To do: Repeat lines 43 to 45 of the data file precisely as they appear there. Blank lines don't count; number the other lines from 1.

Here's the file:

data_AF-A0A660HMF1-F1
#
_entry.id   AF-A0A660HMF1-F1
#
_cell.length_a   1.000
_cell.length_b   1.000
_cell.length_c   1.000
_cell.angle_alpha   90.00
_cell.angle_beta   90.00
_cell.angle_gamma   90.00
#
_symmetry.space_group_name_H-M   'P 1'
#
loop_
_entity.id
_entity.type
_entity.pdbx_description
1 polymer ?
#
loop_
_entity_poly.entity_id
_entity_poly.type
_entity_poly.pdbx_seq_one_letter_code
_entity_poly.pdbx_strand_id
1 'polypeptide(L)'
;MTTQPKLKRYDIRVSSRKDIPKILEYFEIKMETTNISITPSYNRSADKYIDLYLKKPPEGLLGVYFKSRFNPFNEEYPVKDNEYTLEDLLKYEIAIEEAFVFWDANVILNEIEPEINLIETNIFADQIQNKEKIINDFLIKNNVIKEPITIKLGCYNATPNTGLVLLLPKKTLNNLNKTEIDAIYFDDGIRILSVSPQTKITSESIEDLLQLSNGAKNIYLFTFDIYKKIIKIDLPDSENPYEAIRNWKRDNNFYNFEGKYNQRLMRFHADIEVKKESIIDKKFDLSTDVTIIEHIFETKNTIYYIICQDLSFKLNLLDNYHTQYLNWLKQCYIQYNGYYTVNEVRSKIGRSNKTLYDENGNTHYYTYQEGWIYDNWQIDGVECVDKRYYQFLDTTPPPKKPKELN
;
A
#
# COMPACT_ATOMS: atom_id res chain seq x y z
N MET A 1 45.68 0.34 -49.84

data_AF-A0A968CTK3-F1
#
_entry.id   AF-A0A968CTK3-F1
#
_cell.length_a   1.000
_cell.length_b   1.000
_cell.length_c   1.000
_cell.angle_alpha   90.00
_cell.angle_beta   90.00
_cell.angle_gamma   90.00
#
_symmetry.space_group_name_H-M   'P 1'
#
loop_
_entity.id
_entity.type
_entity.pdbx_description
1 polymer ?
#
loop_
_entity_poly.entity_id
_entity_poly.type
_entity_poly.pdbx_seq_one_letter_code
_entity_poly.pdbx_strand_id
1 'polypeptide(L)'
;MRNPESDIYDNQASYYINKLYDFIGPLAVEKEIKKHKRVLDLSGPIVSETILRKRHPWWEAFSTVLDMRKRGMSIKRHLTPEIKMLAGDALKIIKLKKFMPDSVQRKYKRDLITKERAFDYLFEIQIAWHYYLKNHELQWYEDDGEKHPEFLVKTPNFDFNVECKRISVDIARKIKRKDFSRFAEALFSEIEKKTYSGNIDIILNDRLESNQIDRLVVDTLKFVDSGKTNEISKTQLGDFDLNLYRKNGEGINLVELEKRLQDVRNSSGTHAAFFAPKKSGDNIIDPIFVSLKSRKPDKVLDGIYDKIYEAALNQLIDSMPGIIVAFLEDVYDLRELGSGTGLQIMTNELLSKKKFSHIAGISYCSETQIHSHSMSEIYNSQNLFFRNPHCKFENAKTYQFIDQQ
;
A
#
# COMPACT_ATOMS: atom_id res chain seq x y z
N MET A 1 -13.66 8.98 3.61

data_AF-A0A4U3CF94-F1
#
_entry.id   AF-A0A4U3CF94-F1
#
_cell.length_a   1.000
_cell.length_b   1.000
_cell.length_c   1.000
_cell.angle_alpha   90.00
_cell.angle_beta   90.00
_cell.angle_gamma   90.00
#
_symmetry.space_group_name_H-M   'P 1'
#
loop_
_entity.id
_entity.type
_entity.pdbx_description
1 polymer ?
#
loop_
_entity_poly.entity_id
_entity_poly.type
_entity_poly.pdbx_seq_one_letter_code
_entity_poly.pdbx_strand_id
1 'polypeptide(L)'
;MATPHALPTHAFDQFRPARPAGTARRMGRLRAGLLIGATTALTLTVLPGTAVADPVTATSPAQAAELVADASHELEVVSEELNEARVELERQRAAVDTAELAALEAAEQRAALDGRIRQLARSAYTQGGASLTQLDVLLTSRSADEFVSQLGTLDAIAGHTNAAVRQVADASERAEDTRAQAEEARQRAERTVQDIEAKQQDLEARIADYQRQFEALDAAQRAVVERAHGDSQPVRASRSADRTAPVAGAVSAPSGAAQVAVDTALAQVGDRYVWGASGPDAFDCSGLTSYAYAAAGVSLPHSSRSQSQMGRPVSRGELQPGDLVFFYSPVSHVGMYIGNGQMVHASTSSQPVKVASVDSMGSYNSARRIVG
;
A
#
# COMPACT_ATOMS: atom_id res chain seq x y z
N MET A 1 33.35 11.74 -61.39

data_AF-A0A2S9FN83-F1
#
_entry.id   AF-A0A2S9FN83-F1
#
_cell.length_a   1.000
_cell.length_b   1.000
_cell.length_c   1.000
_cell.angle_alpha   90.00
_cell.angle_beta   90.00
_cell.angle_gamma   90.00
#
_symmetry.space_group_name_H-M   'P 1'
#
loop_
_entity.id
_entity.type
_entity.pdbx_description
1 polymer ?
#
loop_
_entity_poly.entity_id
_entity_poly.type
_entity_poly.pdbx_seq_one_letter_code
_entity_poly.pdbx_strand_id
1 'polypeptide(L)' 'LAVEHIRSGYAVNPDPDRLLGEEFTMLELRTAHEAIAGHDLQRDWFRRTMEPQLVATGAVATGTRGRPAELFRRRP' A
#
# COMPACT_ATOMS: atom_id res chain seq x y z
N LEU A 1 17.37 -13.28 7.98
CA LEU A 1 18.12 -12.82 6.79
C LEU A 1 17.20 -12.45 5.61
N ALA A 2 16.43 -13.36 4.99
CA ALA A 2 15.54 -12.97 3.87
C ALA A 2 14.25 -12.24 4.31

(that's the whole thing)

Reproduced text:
_symmetry.space_group_name_H-M   'P 1'
#
loop_